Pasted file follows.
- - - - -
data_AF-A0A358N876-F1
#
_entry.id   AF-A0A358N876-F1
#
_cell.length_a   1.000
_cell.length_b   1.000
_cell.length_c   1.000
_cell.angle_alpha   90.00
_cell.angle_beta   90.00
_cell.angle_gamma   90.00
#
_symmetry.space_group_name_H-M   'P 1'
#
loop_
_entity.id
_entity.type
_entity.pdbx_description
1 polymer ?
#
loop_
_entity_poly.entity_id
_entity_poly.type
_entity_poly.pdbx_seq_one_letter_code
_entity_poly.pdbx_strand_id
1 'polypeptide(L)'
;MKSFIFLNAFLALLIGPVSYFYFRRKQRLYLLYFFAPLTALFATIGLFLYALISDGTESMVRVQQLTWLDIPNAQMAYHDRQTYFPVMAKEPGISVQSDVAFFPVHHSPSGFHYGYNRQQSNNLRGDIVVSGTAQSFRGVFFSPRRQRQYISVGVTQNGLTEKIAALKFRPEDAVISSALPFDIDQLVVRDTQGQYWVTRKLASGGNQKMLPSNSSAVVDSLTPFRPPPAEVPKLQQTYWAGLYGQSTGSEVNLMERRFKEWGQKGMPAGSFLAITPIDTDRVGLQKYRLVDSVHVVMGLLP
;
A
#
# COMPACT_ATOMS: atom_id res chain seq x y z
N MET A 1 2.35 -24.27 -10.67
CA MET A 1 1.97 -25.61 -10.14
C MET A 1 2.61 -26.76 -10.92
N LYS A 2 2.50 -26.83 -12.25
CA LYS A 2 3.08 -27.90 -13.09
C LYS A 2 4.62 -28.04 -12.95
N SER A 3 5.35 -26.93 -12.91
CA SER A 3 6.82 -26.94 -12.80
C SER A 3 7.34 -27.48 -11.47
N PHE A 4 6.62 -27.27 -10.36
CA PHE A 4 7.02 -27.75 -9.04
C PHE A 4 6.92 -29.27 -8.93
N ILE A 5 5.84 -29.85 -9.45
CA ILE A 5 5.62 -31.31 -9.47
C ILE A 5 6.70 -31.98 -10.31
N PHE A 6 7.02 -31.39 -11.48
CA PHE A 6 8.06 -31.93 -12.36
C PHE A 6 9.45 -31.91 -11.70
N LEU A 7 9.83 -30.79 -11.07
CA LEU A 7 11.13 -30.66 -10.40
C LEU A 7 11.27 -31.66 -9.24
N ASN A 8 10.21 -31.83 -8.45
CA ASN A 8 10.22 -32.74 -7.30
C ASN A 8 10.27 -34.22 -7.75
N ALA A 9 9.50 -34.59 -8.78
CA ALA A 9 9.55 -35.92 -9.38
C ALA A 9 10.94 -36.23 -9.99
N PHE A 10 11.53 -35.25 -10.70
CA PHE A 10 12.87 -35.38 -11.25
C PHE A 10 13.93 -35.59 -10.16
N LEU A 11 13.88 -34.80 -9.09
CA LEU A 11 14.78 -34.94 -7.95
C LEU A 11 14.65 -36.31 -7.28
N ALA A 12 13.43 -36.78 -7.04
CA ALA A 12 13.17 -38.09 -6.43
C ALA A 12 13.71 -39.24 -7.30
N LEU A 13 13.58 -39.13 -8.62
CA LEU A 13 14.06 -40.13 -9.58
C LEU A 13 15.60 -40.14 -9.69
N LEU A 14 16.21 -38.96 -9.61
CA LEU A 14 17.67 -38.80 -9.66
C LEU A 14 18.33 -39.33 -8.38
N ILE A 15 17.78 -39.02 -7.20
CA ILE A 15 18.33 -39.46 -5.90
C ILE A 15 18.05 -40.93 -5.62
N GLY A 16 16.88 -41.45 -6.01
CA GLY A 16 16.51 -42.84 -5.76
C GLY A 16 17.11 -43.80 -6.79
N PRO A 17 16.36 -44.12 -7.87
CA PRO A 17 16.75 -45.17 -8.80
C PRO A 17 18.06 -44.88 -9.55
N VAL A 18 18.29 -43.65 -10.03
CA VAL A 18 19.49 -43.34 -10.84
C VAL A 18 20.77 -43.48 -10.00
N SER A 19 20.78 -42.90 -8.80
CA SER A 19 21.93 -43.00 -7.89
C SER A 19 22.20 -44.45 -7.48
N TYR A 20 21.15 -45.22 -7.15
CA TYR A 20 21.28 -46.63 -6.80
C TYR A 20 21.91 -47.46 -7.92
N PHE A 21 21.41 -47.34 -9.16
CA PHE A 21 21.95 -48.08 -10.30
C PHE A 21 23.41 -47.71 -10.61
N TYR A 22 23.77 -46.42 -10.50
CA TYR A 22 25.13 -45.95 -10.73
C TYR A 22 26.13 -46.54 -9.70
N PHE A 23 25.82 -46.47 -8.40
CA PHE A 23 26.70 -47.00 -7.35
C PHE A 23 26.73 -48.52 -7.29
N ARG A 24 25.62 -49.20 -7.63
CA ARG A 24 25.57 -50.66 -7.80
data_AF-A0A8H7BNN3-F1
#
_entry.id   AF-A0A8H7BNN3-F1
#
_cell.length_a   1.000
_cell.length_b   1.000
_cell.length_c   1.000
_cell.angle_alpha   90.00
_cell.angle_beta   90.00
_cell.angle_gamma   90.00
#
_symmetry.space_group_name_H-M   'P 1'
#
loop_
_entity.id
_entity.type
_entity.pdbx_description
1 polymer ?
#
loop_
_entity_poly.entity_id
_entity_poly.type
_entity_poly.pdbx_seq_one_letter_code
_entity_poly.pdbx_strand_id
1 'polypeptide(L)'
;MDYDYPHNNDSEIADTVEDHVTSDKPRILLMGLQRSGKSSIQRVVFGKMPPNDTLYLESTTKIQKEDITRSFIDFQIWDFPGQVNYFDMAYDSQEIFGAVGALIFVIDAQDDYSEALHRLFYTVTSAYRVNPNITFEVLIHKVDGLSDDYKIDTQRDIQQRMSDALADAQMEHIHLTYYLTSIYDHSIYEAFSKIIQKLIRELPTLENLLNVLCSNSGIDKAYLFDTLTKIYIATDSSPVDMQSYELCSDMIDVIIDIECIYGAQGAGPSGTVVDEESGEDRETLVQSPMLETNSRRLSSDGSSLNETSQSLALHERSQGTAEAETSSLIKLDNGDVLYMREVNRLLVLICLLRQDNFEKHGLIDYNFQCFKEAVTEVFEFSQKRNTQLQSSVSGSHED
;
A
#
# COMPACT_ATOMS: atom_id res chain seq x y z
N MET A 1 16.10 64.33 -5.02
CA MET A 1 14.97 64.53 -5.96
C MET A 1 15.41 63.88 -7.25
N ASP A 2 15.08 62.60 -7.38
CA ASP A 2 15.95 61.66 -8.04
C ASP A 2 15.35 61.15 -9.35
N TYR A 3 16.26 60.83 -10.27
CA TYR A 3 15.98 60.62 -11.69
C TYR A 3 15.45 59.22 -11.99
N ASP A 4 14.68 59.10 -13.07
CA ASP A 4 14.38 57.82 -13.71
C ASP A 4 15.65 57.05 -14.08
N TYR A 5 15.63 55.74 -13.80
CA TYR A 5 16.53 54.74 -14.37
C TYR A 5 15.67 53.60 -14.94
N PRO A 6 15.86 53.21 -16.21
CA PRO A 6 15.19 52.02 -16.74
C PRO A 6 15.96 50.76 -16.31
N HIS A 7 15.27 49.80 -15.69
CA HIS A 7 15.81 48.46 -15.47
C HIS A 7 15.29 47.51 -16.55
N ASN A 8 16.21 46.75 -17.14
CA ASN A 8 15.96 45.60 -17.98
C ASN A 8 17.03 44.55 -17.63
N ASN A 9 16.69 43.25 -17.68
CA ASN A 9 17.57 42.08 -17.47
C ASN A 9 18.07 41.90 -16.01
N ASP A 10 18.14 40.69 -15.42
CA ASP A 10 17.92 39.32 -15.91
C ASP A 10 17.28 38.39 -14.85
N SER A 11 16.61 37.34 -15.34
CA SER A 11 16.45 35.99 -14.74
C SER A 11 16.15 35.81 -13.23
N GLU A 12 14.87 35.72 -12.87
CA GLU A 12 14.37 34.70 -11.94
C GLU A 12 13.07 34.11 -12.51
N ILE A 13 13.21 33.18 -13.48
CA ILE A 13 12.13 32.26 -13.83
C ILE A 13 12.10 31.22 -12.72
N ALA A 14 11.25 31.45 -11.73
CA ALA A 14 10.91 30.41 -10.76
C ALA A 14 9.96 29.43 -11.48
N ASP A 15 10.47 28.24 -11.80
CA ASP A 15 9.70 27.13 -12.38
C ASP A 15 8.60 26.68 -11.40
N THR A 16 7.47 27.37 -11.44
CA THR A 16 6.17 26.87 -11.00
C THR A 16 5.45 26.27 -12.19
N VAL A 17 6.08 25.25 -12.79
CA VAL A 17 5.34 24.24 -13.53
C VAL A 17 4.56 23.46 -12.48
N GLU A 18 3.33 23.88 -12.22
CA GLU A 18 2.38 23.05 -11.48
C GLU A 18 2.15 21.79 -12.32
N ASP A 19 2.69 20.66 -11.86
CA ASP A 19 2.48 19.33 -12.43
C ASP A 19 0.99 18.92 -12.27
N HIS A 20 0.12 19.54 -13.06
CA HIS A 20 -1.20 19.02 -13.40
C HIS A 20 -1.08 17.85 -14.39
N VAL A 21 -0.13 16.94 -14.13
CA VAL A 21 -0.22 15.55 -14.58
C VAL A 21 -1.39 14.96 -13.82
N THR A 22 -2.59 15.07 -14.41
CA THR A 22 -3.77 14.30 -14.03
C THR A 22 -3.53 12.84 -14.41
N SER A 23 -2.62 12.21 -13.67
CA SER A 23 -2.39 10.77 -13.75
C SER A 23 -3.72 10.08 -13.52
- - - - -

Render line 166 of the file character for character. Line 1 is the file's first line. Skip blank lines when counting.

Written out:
CA GLU A 12 14.37 34.70 -11.94